As school gets started again, many of my friends turn to me, a former school teacher, to guide them on what they should ask their children’s teachers to help their children succeed in school.
Of course, what you will ask will vary depending on your child and his or her situation; however, I have compiled a list of questions that every parent can use as a starting point for talking to teachers about your children.
1. What their strengths are. Often, parents go to a teacher and ask what the child needs to improve. Teachers are also guilty of focusing on what the child lacks; however, what they have is just as important as what they lack. Is your child a born leader? Or very artistic? Or good with asking questions? Teachers notice things you may have missed, which can help you boost your child’s self-esteem and build on their successes. Start every parent-teacher conversation looking for at least one thing that your child does well.
2. What they need. For my first few years teaching, I would tell parents what their child was lacking. I would, for example, say, “Johnny can’t read very well.” After a few years, I had a light bulb moment when a parent asked me, “Yes, I know, but what does he need to be able to read?” Knowing their weaknesses won’t help you help your child; knowing what they need to succeed will. If a teacher tells you that your child is bad at something, ask them for what they need to succeed.
3. What you can do. This is a follow-up question to what your child needs. A teacher may tell you that your child needs to be able to multiply in order to succeed at the algebraic equations they are seeing in class. Ask the teacher what you can do to support that skill. It might be as simple as doing flashcards with him/her at night, but you won’t know if you don’t ask.
4. What their classroom persona is. Sure, you can ask whether little Susie is behaving or not, but that’s a very general question. If she is, the teacher may just answer with a “yes.” However, by asking what your child’s persona is, you can get a wealth of information. Is s/he the class clown? Then you know that there is probably some moderate behavior problems-talking out of turn, etc-and you also know that your child likes to be the “life of the party.” Does the teacher say that your child is a wallflower? Then you’ve gained an insight into his/her insecurities. Knowing how they are in class also lets you compare their home behavior with their school behavior, which can alert you to any problems in school.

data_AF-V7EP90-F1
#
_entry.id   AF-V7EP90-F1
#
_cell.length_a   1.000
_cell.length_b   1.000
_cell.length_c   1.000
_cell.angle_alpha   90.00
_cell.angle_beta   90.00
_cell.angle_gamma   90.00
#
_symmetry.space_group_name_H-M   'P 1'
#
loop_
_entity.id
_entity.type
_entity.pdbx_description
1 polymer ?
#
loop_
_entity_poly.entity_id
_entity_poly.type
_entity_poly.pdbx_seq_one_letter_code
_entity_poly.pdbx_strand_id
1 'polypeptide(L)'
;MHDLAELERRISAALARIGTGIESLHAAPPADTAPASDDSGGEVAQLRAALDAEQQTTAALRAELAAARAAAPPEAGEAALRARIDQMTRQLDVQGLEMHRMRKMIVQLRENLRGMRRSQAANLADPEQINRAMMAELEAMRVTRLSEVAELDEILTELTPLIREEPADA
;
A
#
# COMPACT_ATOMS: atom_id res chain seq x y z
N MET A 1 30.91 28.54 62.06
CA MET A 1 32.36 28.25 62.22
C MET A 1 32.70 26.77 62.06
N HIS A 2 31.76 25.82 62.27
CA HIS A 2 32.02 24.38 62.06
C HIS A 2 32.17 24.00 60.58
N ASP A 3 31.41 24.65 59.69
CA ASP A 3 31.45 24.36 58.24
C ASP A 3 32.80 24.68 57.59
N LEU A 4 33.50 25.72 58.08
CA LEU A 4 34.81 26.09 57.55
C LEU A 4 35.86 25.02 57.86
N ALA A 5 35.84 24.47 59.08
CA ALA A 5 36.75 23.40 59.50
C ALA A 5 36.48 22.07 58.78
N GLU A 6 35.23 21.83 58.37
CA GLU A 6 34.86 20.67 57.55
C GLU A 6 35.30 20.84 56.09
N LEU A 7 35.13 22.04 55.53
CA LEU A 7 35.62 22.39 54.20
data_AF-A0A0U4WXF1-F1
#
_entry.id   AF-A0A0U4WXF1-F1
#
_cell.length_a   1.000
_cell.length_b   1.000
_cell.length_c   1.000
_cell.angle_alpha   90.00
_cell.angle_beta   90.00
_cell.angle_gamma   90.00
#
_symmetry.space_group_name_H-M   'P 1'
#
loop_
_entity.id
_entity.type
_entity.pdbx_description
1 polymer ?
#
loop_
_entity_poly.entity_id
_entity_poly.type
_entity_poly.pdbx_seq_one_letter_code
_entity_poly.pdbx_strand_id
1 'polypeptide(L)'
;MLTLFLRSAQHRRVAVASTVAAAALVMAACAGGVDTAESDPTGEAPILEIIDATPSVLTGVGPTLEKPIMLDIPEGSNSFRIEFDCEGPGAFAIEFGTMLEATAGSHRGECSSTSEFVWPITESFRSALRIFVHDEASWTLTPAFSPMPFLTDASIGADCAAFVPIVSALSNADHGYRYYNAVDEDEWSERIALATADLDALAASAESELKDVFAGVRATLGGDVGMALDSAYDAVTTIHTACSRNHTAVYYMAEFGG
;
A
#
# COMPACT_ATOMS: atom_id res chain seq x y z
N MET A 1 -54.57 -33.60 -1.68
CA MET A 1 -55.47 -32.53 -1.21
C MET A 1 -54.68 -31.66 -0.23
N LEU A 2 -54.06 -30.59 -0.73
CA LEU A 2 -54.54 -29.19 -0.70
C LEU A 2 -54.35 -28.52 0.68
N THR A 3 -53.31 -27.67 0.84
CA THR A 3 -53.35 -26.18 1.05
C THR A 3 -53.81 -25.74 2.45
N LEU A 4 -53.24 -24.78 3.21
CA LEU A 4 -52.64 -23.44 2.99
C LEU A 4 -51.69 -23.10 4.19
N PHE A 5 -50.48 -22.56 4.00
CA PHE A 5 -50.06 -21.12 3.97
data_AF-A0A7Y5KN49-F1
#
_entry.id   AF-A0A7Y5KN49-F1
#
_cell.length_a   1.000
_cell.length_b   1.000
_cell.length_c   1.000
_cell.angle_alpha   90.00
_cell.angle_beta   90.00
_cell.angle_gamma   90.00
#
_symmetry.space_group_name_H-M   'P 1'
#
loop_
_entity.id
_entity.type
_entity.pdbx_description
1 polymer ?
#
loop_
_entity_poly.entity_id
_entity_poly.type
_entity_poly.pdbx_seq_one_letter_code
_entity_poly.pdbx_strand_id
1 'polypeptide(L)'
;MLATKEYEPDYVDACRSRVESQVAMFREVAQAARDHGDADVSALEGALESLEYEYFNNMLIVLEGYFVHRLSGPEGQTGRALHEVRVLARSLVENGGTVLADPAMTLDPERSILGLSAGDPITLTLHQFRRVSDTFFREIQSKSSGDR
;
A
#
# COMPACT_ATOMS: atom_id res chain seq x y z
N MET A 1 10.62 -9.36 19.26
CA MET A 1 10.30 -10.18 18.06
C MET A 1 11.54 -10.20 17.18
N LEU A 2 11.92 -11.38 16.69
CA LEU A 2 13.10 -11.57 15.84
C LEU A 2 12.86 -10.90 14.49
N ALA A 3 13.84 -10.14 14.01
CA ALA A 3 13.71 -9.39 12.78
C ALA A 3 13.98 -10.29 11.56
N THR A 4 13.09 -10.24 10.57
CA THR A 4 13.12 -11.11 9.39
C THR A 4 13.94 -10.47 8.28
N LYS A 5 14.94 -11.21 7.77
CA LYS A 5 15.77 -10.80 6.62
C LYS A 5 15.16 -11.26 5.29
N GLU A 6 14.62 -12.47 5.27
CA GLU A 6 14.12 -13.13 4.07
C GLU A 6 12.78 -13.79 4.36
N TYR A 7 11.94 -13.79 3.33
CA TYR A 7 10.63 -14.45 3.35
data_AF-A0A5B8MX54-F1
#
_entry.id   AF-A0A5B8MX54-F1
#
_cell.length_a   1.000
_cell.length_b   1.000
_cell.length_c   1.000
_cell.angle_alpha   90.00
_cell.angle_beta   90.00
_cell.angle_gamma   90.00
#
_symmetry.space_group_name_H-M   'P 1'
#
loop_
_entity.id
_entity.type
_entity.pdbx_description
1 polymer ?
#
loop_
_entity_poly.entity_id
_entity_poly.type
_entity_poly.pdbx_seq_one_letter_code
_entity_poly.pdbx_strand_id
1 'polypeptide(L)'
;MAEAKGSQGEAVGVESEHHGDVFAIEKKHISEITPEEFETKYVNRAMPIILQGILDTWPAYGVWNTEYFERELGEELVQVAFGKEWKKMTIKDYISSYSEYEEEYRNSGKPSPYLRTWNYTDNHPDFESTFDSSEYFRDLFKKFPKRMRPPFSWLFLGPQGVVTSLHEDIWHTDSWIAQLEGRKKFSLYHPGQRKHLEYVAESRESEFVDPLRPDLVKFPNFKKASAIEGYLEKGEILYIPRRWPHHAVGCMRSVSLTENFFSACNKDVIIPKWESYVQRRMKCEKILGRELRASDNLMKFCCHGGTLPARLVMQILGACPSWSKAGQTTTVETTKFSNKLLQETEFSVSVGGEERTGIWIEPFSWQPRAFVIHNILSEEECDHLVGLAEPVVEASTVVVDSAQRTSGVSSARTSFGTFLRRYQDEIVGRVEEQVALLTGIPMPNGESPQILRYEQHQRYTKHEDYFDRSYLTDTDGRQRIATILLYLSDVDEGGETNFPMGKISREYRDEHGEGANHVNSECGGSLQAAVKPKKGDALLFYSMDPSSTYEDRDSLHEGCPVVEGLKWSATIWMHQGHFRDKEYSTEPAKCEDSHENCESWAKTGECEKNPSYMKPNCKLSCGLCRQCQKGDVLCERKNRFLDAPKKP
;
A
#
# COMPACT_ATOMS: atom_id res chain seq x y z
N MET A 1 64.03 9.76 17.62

5. How they are graded. Some teachers give many small assignments and average them out for a grade. Others offer only a few projects and use those grades as a guide. Find out how your child is graded so that you and your child are informed.
6. What’s coming up. Get an idea of any special projects or events coming up at school. Don’t count on your child to tell you-children are notorious for selectively forgetting to give their parents messages from the teacher. Keep abreast of important upcoming items of notice. This is especially important for busy parents who only see their child’s teacher at parent-teacher night a few times a year.
7. How to be a good partner. Teachers welcome parents who want to help. Ask your child’s teacher how you can be a good partner in education for your child. Offer to bring in cupcakes for your child’s birthday, or to read each night to your child, or anything else that is possible for you and helpful for the teacher. Remember: they get overwhelmed with work. Thank them with your willingness to help them help your child.
By knowing what to ask, you can get the best possible information from your children’s teachers, and with that information, you can make success an everyday occurrence for your child.